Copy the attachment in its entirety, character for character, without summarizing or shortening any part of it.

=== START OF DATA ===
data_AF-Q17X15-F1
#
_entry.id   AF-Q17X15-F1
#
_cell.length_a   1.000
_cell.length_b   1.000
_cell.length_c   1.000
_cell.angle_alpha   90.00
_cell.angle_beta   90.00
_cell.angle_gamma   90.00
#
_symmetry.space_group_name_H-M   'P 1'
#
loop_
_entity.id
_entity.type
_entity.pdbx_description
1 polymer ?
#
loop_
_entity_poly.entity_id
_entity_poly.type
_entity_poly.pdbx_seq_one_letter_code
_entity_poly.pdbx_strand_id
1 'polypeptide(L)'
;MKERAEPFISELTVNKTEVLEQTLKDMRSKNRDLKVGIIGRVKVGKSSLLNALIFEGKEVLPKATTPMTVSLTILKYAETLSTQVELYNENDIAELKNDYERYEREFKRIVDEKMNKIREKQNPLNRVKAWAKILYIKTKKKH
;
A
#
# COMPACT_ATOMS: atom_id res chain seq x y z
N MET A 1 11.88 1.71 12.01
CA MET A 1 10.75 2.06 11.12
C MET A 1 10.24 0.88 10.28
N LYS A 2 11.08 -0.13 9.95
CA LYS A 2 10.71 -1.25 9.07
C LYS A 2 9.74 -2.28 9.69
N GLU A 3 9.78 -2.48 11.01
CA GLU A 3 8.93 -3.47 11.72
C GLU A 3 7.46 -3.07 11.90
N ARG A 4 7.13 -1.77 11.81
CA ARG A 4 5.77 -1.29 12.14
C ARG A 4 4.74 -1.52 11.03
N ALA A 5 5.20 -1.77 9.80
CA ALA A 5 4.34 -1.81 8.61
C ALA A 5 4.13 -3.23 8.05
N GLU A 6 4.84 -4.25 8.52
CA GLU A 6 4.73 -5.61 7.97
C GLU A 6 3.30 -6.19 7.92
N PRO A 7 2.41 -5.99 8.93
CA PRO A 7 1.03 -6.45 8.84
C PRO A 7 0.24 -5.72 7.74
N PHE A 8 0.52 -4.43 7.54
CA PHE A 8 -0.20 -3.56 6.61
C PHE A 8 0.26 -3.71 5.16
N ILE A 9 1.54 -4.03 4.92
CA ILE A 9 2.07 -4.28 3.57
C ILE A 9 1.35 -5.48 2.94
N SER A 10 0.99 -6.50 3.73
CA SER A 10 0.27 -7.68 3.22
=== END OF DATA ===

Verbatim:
data_AF-Q17X15-F1
#
_entry.id   AF-Q17X15-F1
#
_cell.length_a   1.000
_cell.length_b   1.000
_cell.length_c   1.000
_cell.angle_alpha   90.00
_cell.angle_beta   90.00
_cell.angle_gamma   90.00
#
_symmetry.space_group_name_H-M   'P 1'
#
loop_
_entity.id
_entity.type
_entity.pdbx_description
1 polymer ?
#
loop_
_entity_poly.entity_id
_entity_poly.type
_entity_poly.pdbx_seq_one_letter_code
_entity_poly.pdbx_strand_id
1 'polypeptide(L)'
;MKERAEPFISELTVNKTEVLEQTLKDMRSKNRDLKVGIIGRVKVGKSSLLNALIFEGKEVLPKATTPMTVSLTILKYAETLSTQVELYNENDIAELKNDYERYEREFKRIVDEKMNKIREKQNPLNRVKAWAKILYIKTKKKH
;
A
#
# COMPACT_ATOMS: atom_id res chain seq x y z
N MET A 1 11.88 1.71 12.01
CA MET A 1 10.75 2.06 11.12
C MET A 1 10.24 0.88 10.28
N LYS A 2 11.08 -0.13 9.95
CA LYS A 2 10.71 -1.25 9.07
C LYS A 2 9.74 -2.28 9.69
N GLU A 3 9.78 -2.48 11.01
CA GLU A 3 8.93 -3.47 11.72
C GLU A 3 7.46 -3.07 11.90
N ARG A 4 7.13 -1.77 11.81
CA ARG A 4 5.77 -1.29 12.14
C ARG A 4 4.74 -1.52 11.03
N ALA A 5 5.20 -1.77 9.80
CA ALA A 5 4.34 -1.81 8.61
C ALA A 5 4.13 -3.23 8.05
N GLU A 6 4.84 -4.25 8.52
CA GLU A 6 4.73 -5.61 7.97
C GLU A 6 3.30 -6.19 7.92
N PRO A 7 2.41 -5.99 8.93
CA PRO A 7 1.03 -6.45 8.84
C PRO A 7 0.24 -5.72 7.74
N PHE A 8 0.52 -4.43 7.54
CA PHE A 8 -0.20 -3.56 6.61
C PHE A 8 0.26 -3.71 5.16
N ILE A 9 1.54 -4.03 4.92
CA ILE A 9 2.07 -4.28 3.57
C ILE A 9 1.35 -5.48 2.94
N SER A 10 0.99 -6.50 3.73
CA SER A 10 0.27 -7.68 3.22